Diarrhoea is the main symptoms of both Crohn’s disease and ulcerative colitis. In Crohn’s disease this is a watery large volume diarrhoea with no blood or mucus in the stool. Ulcerative colitis presents with a bloody diarrhoea and stringy mucus. Abdominal pain is more prominent in Crohn’s disease and is worse with eating meals and passing stool but pain is only seen in the toxic stages of ulcerative colitis (fulminant disease). Weight loss is also a noted feature in Crohn’s disease but not as significant, if at all present, in ulcerative colitis. Both Crohn’s disease and ulcerative colitis patients are likely to experience intestinal cramps.

Inflammatory bowel disease also presents with extra-intestinal features. This means that other signs and symptoms may be present which are either generalized or affect other organs apart from the bowels. Some of these features includes joint pains, skin rashes, inflammation of the eye, mouth sores, fever, malaise and lethargy.

Treatment for Inflammatory Bowel Disease

Inflammatory bowel disease is first treated and managed with medication. Depending on the severity of the disease and non-responsive nature to medication, surgery may also be considered.


Drugs to treat diarrhoea, intestinal cramping and abdominal pain are needed for acute episodes. These drugs should only be used in the short term and are not advisable for very severe episodes as it can aggravate the condition and lead to complications. Chronic management of IBD with medication involves a step-wise approach to treatment. When each step fails to yield the desired results, the medication of the next step are then utilised.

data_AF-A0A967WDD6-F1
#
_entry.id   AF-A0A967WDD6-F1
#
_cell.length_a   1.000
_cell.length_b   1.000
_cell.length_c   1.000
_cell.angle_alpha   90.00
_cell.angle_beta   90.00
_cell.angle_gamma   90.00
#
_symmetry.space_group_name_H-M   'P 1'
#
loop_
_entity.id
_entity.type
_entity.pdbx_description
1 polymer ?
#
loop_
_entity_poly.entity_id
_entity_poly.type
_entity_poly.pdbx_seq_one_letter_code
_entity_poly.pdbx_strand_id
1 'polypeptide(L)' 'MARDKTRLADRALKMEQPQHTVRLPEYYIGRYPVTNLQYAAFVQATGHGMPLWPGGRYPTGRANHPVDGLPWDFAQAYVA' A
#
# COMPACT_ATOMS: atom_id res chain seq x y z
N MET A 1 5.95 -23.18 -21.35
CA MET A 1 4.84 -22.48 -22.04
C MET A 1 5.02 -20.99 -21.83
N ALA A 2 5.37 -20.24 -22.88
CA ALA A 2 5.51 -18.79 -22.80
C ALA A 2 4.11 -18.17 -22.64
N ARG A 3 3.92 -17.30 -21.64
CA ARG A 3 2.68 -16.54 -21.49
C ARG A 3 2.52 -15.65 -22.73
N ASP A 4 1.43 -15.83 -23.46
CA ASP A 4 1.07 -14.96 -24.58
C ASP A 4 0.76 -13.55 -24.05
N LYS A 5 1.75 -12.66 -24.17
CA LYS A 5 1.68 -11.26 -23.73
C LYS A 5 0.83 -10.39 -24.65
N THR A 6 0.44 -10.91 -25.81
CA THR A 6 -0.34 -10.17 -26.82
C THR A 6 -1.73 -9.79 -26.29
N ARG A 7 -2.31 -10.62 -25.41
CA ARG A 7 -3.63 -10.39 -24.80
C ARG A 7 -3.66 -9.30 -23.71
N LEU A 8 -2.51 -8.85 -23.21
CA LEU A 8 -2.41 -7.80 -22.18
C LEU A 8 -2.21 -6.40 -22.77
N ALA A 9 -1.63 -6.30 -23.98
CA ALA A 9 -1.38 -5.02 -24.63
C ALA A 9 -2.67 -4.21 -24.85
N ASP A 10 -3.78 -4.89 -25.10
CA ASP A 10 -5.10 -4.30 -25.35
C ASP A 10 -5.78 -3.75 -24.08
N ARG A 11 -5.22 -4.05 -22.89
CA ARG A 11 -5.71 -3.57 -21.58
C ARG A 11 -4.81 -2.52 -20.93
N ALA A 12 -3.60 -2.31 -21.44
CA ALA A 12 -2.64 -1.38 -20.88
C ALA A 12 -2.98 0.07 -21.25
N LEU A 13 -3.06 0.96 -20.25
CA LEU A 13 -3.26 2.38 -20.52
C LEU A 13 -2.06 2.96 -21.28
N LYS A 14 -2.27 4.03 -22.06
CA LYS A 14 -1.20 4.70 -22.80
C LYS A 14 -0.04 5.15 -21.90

First, drugs known as aminosalicylates (anti-inflammatory medication) and antibiotics are used (step I) for treating IBD. However, antibiotics are of limited value in ulcerative colitis because it can lead to a condition known as pseudomembranous colitis. The next step (step II) involves the use of steroid drugs (corticosteroids) which are useful in shifting the condition into remission. Corticosteroids cannot be used long term due to the host of side effects associated with this disease. Lastly drugs known as autoimmune modifiers and TNF (tumour necrosis factor) inhibitors are used (step III) if the medication in step I and step II are ineffective. Step III drugs are immune suppressants and inhibits the body’s natural immune response.


Surgery is curative for ulcerative colitis and considered when medication is ineffective for management. Surgical procedures may remove the rectum and/or colon (proctocolectomy) with an opening created for a stoma bag (ileostomy). Another procedure removes the colon and/or rectum and joins the last part of the small intestine(ileum) to the anus (ileoanal anastomosis).

In Crohn’s disease, surgery is not curative but helps in the overall management of the condition with medication after the procedure. Diseased portions of the bowel are removed and the healthy sections surgically joined (ileorectal or ileocolonic anastomosis).